Over the past couple of years, Sony has been moving away from the ailing consumer electronics industry and focusing on its strong components business. The company has found particular success in image sensors, where it now owns a reported 40 percent of the market and powers the cameras in devices like the iPhone 6 and Galaxy S6.
It’s not quite the consumer-focused innovation that made millions fall in love with Sony throughout the ‘80s and ’90s. But, in an extensive Wall Street Journal story published late last night, CEO Kaz Hirai made the case that this pivot is just as compelling as the company’s glory days.
“Whether it’s a device that goes into other manufacturers’ products or sometimes our own, if there’s innovation there... that’s something I get excited about,” he says. The WSJ goes onto state that Sony has “stopped trying to replicate its glorious past as a creator of era-defining consumer-electronics gadgets” in favor of pursuing image sensors as a major concern alongside video games and entertainment.
It’s not just Sony: Japanese companies like NEC, Toshiba, and Panasonic are increasing their focus on enterprise rather than consumers. And it’s not just Japan, either: European brands like Nokia, Siemens, and Philips have all wound down consumer operations to varying extents. If you’re not based in South Korea or Silicon Valley, it’s hard to make an impact with your own devices these days.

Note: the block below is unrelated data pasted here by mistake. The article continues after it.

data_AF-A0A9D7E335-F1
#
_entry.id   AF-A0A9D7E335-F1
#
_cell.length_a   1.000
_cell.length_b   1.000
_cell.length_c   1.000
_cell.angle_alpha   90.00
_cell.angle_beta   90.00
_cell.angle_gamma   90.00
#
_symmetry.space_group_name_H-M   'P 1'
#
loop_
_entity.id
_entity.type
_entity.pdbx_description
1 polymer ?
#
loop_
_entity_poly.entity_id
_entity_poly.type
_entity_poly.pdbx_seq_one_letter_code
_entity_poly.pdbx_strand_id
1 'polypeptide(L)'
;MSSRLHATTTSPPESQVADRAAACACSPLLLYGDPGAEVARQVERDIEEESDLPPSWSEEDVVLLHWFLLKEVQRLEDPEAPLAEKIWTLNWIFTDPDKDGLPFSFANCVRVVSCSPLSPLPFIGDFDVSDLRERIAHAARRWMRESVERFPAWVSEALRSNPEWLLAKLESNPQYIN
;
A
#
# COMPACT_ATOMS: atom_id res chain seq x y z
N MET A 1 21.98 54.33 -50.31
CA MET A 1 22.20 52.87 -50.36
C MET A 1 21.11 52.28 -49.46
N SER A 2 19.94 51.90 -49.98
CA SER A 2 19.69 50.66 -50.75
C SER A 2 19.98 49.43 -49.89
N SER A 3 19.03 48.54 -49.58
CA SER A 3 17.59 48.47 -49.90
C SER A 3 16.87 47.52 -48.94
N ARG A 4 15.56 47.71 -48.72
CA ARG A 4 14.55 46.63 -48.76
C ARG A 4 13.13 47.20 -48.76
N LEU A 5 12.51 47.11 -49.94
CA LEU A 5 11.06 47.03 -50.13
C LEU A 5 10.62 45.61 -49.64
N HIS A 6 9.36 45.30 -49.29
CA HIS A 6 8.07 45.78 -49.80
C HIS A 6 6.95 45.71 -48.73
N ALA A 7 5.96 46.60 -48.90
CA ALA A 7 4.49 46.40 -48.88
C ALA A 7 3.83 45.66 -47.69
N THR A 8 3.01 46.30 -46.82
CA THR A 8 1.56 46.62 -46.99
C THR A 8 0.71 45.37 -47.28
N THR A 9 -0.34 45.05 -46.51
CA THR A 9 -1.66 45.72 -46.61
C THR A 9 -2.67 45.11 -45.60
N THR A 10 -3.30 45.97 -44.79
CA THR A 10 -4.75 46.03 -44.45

Sony’s success with image sensors is a victory for innovation, but on a much smaller scale than the PlayStation or Walkman. Yes, the company has a technical edge on its competitors at the moment. But components are commodities, and supplying others puts Sony in a far more vulnerable position than when it won customers with its own designs and brand. While Sony now provides the muscle behind the most popular camera in the world, there’d be little stopping Apple from switching parts for price or performance reasons.
Sony is set to report its year-end earnings tomorrow; expectations are that it’ll turn a moderate operating profit but record a net loss due to smartphone business write-downs. The real thing to look out for is whether the company gives any hints as to how it plans to handle its wildly disparate divisions. Sony offloaded VAIO last year —could Bravia or Xperia be next?
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